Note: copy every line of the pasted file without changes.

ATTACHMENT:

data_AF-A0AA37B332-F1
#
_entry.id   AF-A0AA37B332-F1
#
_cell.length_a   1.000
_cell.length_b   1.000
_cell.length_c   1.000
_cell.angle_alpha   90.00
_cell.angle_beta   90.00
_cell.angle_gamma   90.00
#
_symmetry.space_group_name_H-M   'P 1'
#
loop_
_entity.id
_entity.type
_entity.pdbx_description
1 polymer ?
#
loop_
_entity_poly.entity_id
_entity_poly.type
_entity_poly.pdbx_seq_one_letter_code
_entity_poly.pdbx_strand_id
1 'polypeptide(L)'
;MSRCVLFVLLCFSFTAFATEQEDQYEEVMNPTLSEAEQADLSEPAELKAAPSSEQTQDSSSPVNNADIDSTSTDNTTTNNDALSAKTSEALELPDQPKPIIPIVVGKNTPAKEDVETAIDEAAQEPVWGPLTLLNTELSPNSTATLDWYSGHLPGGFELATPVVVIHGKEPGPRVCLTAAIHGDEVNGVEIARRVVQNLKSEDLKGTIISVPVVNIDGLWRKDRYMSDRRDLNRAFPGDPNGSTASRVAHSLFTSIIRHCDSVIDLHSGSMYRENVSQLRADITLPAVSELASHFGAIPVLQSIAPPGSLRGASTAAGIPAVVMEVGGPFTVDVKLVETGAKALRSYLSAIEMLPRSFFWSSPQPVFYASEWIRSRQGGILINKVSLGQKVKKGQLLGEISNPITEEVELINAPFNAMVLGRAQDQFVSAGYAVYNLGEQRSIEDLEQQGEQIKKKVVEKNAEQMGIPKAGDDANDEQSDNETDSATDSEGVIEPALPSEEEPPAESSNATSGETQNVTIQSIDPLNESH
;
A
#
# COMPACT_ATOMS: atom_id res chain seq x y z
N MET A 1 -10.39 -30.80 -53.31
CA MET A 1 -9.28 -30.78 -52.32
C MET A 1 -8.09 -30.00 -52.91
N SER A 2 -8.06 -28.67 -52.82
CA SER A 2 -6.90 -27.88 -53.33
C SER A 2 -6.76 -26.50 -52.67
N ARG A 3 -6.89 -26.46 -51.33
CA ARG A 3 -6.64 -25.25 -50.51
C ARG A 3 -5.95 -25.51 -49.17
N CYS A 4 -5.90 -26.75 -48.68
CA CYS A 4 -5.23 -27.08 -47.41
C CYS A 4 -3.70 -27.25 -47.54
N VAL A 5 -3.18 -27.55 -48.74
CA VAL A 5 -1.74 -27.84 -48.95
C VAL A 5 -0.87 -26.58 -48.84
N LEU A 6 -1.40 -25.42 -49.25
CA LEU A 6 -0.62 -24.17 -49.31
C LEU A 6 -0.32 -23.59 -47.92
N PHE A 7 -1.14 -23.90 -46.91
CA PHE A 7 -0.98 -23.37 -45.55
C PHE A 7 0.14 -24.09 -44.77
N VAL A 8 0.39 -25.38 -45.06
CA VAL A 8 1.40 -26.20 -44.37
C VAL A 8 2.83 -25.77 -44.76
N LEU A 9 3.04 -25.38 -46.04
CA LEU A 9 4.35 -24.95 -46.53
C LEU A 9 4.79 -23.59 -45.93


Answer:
data_AF-A0AA37B332-F1
#
_entry.id   AF-A0AA37B332-F1
#
_cell.length_a   1.000
_cell.length_b   1.000
_cell.length_c   1.000
_cell.angle_alpha   90.00
_cell.angle_beta   90.00
_cell.angle_gamma   90.00
#
_symmetry.space_group_name_H-M   'P 1'
#
loop_
_entity.id
_entity.type
_entity.pdbx_description
1 polymer ?
#
loop_
_entity_poly.entity_id
_entity_poly.type
_entity_poly.pdbx_seq_one_letter_code
_entity_poly.pdbx_strand_id
1 'polypeptide(L)'
;MSRCVLFVLLCFSFTAFATEQEDQYEEVMNPTLSEAEQADLSEPAELKAAPSSEQTQDSSSPVNNADIDSTSTDNTTTNNDALSAKTSEALELPDQPKPIIPIVVGKNTPAKEDVETAIDEAAQEPVWGPLTLLNTELSPNSTATLDWYSGHLPGGFELATPVVVIHGKEPGPRVCLTAAIHGDEVNGVEIARRVVQNLKSEDLKGTIISVPVVNIDGLWRKDRYMSDRRDLNRAFPGDPNGSTASRVAHSLFTSIIRHCDSVIDLHSGSMYRENVSQLRADITLPAVSELASHFGAIPVLQSIAPPGSLRGASTAAGIPAVVMEVGGPFTVDVKLVETGAKALRSYLSAIEMLPRSFFWSSPQPVFYASEWIRSRQGGILINKVSLGQKVKKGQLLGEISNPITEEVELINAPFNAMVLGRAQDQFVSAGYAVYNLGEQRSIEDLEQQGEQIKKKVVEKNAEQMGIPKAGDDANDEQSDNETDSATDSEGVIEPALPSEEEPPAESSNATSGETQNVTIQSIDPLNESH
;
A
#
# COMPACT_ATOMS: atom_id res chain seq x y z
N MET A 1 -10.39 -30.80 -53.31
CA MET A 1 -9.28 -30.78 -52.32
C MET A 1 -8.09 -30.00 -52.91
N SER A 2 -8.06 -28.67 -52.82
CA SER A 2 -6.90 -27.88 -53.33
C SER A 2 -6.76 -26.50 -52.67
N ARG A 3 -6.89 -26.46 -51.33
CA ARG A 3 -6.64 -25.25 -50.51
C ARG A 3 -5.95 -25.51 -49.17
N CYS A 4 -5.90 -26.75 -48.68
CA CYS A 4 -5.23 -27.08 -47.41
C CYS A 4 -3.70 -27.25 -47.54
N VAL A 5 -3.18 -27.55 -48.74
CA VAL A 5 -1.74 -27.84 -48.95
C VAL A 5 -0.87 -26.58 -48.84
N LEU A 6 -1.40 -25.42 -49.25
CA LEU A 6 -0.62 -24.17 -49.31
C LEU A 6 -0.32 -23.59 -47.92
N PHE A 7 -1.14 -23.90 -46.91
CA PHE A 7 -0.98 -23.37 -45.55
C PHE A 7 0.14 -24.09 -44.77
N VAL A 8 0.39 -25.38 -45.06
CA VAL A 8 1.40 -26.20 -44.37
C VAL A 8 2.83 -25.77 -44.76
N LEU A 9 3.04 -25.38 -46.04
CA LEU A 9 4.35 -24.95 -46.53
C LEU A 9 4.79 -23.59 -45.93